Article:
The fall of my junior year I decided to go abroad to Kenya: one of the last places on earth where large mammals can be viewed in their natural habitat. I had the chance to witness the intricate web of signaling that passes between families of animals and across species. Living in the desert of Kenya and watching elephants, lions, and many other species interact with each other gave me new insight into animal behavior and the role we play as humans in animal preservation. While I was there I observed the techniques that local farmers used to heal their animals and saw first-hand the disadvantages that come from overpopulating and neglecting domestic animals. Humans have a profound effect on animal populations; likewise animals have an equally strong but less appreciated impact on the human condition. While abroad I met and talked with government officials and farmers on the condition of their wildlife. I had the chance to make an impact on the outcome of the future of wild animals in Kenya and throughout this planet. As a result of my experience in Kenya, I returned to America with a better knowledge of how to interact with animals, as well as a better understanding of the issues that surround animal medicine and the impact they have on a global level.

I continued to pursue my interest in animal behavior and medicine during this past summer when I worked at the Tufts veterinary hospital interning with an animal behaviorist. Behavioral "disorders" are one of the top leading causes of euthanasia in domestic pets. As a veterinarian, I hope to provide my clients with medical advice on both physical and behavioral problems to try and maximize the companionship between clients and their pets. The large majority of the disorders we saw in behavioral appointments could have either been significantly improved or completely avoided with knowledgeable advice to the owner early on in the life span of the animal. With the help and advice of my supervisor and mentor, Dr. Moon-Fanelli, I composed PetFax reports for clients outlining suggested behavioral techniques and pharmacological recommendations. The reports also included a background on the behavioral disorder that gave me the opportunity to review a fuller body of research materials which were available in the animal behavior clinic at Tufts and not at my college. There were many times in clinic appointments when a pet would come in that had specific needs requiring a brainstorm of innovative ideas which could benefit each individual patient. The spontaneous improvisation of treatment reminded me of the emergency cases I had seen at the Brookline Animal Hospital.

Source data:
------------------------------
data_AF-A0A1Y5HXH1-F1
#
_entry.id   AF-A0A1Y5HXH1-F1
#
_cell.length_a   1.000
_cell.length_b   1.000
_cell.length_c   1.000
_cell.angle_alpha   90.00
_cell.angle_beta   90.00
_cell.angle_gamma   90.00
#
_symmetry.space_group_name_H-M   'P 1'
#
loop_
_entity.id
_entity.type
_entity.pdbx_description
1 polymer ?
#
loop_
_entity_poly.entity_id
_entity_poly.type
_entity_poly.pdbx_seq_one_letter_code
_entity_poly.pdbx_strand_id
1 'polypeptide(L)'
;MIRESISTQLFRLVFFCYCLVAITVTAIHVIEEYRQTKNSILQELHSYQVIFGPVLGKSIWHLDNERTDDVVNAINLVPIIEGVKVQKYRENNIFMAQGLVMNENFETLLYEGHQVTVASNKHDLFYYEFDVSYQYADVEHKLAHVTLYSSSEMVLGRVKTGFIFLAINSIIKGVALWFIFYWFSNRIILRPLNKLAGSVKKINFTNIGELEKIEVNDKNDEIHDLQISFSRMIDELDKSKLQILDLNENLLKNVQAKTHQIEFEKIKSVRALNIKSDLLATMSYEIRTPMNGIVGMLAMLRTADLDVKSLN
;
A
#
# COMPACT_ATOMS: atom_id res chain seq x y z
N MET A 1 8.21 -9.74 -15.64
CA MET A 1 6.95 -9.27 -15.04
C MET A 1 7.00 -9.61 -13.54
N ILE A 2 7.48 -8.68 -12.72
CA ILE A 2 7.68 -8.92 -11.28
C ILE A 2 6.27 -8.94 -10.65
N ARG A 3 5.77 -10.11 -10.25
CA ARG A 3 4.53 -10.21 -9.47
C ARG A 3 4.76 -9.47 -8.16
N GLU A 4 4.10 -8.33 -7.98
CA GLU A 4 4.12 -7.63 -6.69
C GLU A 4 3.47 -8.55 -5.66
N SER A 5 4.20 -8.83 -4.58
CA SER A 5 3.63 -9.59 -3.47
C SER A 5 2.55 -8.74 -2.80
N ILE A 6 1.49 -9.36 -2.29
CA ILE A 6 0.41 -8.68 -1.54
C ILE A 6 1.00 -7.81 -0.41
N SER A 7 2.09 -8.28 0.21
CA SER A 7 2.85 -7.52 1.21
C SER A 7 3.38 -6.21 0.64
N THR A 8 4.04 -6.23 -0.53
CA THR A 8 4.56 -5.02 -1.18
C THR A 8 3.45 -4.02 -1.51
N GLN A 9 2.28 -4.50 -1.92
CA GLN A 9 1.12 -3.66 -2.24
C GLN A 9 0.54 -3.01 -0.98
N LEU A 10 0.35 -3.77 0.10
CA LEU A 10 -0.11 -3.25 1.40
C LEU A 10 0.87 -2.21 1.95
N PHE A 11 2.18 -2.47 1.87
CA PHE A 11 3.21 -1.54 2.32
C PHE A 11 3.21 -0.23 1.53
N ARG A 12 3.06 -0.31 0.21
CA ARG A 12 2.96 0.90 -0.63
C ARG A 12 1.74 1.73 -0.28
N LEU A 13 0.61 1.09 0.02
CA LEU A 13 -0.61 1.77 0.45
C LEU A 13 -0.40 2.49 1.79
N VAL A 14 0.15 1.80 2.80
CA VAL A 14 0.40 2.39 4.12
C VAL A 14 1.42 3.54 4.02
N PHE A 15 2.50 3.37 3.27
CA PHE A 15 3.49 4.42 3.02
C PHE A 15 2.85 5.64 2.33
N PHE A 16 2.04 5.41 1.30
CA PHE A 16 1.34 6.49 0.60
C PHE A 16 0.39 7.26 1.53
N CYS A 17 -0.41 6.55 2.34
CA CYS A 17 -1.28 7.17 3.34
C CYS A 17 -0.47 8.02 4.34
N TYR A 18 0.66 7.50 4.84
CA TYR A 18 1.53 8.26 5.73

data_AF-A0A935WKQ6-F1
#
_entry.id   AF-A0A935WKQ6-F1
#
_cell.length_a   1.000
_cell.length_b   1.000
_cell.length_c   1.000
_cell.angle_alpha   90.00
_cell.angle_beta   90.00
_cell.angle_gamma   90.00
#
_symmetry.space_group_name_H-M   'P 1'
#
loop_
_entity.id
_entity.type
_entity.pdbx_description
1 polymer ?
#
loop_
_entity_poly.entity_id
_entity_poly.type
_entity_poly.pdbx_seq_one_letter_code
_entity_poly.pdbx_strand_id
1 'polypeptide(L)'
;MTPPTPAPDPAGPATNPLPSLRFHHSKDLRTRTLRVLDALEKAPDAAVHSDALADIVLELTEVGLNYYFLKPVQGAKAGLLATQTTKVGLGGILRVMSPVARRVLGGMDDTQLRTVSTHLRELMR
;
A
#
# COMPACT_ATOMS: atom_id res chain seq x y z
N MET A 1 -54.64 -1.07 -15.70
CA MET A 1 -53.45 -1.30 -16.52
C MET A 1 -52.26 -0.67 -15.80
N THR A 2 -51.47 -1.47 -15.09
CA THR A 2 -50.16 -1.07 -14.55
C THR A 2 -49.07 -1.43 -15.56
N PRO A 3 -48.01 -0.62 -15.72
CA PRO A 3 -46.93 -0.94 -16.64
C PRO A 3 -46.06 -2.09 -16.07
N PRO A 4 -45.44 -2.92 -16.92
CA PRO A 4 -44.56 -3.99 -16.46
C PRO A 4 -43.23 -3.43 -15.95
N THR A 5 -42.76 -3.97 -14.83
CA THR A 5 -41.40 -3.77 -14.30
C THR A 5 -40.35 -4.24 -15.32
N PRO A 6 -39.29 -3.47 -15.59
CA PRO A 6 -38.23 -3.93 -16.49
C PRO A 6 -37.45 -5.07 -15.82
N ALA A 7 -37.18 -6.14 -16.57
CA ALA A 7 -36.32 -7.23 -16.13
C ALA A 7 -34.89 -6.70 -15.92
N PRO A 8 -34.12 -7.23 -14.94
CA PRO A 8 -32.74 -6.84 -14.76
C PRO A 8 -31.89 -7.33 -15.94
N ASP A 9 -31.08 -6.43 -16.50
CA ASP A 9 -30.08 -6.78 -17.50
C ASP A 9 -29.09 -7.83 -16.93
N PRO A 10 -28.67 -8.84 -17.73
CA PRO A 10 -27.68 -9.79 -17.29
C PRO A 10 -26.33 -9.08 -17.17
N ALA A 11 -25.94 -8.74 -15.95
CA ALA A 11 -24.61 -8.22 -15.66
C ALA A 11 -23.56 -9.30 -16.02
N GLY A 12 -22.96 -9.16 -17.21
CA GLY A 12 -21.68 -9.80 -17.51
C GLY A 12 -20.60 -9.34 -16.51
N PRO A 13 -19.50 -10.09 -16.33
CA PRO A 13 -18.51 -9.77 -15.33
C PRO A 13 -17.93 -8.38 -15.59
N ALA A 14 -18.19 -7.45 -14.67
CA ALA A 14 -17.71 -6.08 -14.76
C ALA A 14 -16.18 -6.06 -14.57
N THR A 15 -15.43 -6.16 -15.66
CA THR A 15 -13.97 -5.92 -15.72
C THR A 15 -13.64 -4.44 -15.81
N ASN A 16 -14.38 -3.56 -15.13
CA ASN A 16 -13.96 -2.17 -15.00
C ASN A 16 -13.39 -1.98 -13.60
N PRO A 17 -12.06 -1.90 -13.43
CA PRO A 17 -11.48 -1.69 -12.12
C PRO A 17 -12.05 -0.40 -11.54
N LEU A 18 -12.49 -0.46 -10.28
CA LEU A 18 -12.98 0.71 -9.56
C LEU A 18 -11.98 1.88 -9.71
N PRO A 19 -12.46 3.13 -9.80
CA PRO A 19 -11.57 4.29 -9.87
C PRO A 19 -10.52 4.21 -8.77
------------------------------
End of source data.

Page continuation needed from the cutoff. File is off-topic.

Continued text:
The experiences I have sought on the route to becoming a veterinarian have taken me into the emergency rooms of small animal veterinary hospitals where I witnessed the beginning of life and the inevitability of death. While abroad I witnessed the strikingly similar interactions between coyotes and lions which are closely related to the ancestors of domestic cats and dogs. To say that every step of the way has been an eye opening joy would be both unbelievable and untruthful. I have paid my dues cleaning out soiled cages and hiking through elephant dung and the three-inch thorns that cover Acacia trees. There were days in the hospitals when no surgeries were performed and the majority of my time was spent cleaning instruments and helping to fill out paperwork. I have been disappointed at hearing doctors vent about unethical and business-driven medical practices but inspired by their efforts to change things and adhere to their Hippocratic Oath. I have held a kitten while it took its first breath thanks to an emergency surgery and mouth to nose procedures. I have slept feet away from lions in the middle of the Serengeti. I am ready to take the next step and go to veterinary school to gain the knowledge necessary for me to continue my experiences with animals and make my contribution to the ever-increasing field of animal medicine.